Transformers: The Last Knight review – a boring and bloated sequel
‘The Transformers are at war with humanity and only Cade Yeager, Bumblebee, an English lord, and an Oxford professor to save the world.’
Another long running franchise that’s worn out its welcome, Transformers: The Last Knight is now the fifth instalment of this film series about giant robot aliens fighting each other, and the humans caught in the middle. Michael Bay is once again directing, and he brings all the crash, bang and wallop you you’ve come to expect from him, with minimum in plot cohesion, and little to no character development.
Following from the previous film, The Last Knight finds Mark Wahlberg’s miscast inventor Cade Yeager living as a fugitive alongside the Autobots. Optimus Prime is gone, and with all Transformers now hunted by the government, it’s a bleak time with little hope. Things only get worse when Yeager’s tracked down by Anthony Hopkins’ Sir Burton, a member of an ancient organisation aware of Earth’s secret history involving King Arthur, Transformers, and some MacGuffin in the form of a staff, which can destroy the world. With the help of Oxford Professor Viviane Wembly (Laura Haddock), Yeager must find the staff before it falls into the wrong hands.
Generally speaking, if you enjoyed the previous films, then you should like this one, as it has all that you would expect from a Transformers movie. Sadly, that isn’t saying a lot, and the first of its many problems is the overly complicated plot. This should be a fun popcorn movie with very little to it, but Bay seems set on making it as grand and epic as he can, when it doesn’t need to be.
As a result, he puts in long, drawn-out exposition scenes, needlessly adding to the already convoluted mythology, which at this point, makes about as much sense as a baby trying to talk. In regards to this instalment, it usually involves Hopkins, spieling out his lines with such haste, you’ll almost think he just wants to pick up his pay cheque and get out of there as quickly as possible. What’s more, the jokes that are added, rarely hit, and just create an inconsistent tone.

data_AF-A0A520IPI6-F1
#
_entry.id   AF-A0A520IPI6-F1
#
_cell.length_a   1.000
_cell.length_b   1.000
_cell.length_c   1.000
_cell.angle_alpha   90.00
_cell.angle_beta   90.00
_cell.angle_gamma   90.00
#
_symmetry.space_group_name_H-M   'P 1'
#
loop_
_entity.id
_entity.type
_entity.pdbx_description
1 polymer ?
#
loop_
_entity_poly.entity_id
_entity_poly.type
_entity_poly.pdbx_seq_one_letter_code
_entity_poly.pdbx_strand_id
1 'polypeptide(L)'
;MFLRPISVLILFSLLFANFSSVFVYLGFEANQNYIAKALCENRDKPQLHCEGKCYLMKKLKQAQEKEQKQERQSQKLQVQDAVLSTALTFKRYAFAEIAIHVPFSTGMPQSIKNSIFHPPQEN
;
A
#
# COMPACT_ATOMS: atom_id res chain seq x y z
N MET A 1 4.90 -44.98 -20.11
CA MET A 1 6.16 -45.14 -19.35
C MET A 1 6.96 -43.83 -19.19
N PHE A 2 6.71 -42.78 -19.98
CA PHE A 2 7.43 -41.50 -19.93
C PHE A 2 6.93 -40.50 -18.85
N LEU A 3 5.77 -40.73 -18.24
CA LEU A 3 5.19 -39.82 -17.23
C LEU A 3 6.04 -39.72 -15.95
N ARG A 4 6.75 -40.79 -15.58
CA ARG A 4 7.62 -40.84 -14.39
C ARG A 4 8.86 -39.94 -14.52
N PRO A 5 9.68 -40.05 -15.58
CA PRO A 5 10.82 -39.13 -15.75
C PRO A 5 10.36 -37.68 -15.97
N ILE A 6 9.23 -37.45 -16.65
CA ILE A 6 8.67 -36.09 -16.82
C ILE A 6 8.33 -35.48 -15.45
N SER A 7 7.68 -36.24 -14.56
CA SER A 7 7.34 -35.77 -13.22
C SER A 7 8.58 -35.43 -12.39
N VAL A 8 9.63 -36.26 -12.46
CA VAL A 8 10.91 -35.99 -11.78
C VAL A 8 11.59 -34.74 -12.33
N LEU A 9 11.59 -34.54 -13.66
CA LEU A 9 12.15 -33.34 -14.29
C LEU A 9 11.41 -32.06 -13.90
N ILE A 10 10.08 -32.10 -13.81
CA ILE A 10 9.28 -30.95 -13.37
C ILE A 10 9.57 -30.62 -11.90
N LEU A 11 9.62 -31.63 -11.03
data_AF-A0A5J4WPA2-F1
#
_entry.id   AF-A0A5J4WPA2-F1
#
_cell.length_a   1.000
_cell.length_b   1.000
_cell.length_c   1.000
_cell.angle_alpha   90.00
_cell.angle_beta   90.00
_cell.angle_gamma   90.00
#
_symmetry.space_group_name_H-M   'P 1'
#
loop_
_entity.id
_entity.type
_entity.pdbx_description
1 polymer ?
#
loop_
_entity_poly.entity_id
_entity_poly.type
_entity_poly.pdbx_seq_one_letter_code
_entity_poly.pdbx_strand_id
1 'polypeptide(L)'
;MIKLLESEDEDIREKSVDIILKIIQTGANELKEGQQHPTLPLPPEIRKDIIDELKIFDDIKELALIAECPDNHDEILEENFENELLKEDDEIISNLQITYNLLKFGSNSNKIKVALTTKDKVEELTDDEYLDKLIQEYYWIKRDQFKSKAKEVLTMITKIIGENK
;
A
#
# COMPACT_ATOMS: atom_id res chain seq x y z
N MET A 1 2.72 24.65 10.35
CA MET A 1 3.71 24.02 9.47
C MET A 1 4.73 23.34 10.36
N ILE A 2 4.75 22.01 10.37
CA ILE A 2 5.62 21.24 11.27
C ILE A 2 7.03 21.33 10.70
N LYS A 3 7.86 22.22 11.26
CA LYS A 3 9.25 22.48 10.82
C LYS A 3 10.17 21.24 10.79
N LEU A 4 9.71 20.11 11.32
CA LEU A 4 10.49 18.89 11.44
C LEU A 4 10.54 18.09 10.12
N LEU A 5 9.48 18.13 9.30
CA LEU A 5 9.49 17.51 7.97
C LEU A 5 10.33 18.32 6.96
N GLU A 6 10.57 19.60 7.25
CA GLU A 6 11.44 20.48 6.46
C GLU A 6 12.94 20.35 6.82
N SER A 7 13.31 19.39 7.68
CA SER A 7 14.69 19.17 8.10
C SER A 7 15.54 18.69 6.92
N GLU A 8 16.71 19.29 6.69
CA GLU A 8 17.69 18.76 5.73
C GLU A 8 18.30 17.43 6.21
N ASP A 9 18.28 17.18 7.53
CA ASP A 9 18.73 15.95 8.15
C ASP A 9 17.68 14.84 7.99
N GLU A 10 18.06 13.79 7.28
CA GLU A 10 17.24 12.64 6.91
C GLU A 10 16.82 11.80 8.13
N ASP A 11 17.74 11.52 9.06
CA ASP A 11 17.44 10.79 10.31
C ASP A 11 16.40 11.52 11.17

Another staple of these films, is the bloated runtimes, and The Last Knight is no different. At two and a half hours long, there’s only so much robot action you can take before it all starts getting a bit tedious. There’s so many unnecessary scenes and side plots that could have easily been left on the cutting room floor, that it feels very self-indulgent. For example, there’s a blatant setup for a sequel built into the main plot, which didn’t need to be in there. Also John Turturro returns as former government agent Simmons, adding absolutely nothing to the story, and feels utterly pointless.
A large chunk of the movie is set in England, and instead of doing some research and portraying a realistic English setting and culture, Bay Resorts to basic stereotypes. Everyone has posh accents, and the environment looks very quaint and old fashioned. Really, it’s borderline offensive. He doesn’t even seem to have a grasp of simple British geography, as one scene finds our protagonists being chased in open countryside, only to find themselves in the middle of London seconds later.
All the actors struggle with the wooden dialogue, and no one remotely looks like they want to be there. Wahlberg is a likeable actor, and does just enough to carry the film from one set piece to the next, but he’s proved himself better than this in the past and deserves better. In the end, these are all thinly drawn characters who you’ll barely care about, and who exist to purely tick a box. Whether it’s Jerrod Carmichael’s comic relief, or Isabela Moner’s tough street kid, everyone fulfils a purpose, no more, no less, and to just be that human element among all the robot carnage.
The one positive you could possibly take away from this film, is Bay’s proclivities for super stylised action, in which you can always count on him for those cheesy and over-the-top sequences. In that regard, The Last Knight doesn’t disappoint, and you can’t deny there’s a certain sheen to these set pieces. Big implausible explosions, people running in slow motion, lots of military personnel staring at screens, and the camera spinning around characters, are just some of the many trademark techniques we’ve come to expect from Michael Bay, and can all be found in this film. Unfortunately, like the previous films, this movie’s also over bloated with CGI, making it hard to tell what’s happening, as another world-ending event has to be thwarted by lots of robot-on-robot fighting.
‘Transformers: The Last Knight is not a good film, but if all you care about is the action, and you can ignore all the other glaring problems with this film, then you should find it enjoyable enough. However, if you’re looking for something more, like cohesive storytelling, and compelling characters, then the Transformers movies were likely never meant for you in the first place, and you’re probably best leaving this one well alone.’
David has quite a broad taste in film which includes big budget blockbusters and small indie films; including International and Arthouse cinema. As long as it’s good in that particular genre, he’ll watch anything.
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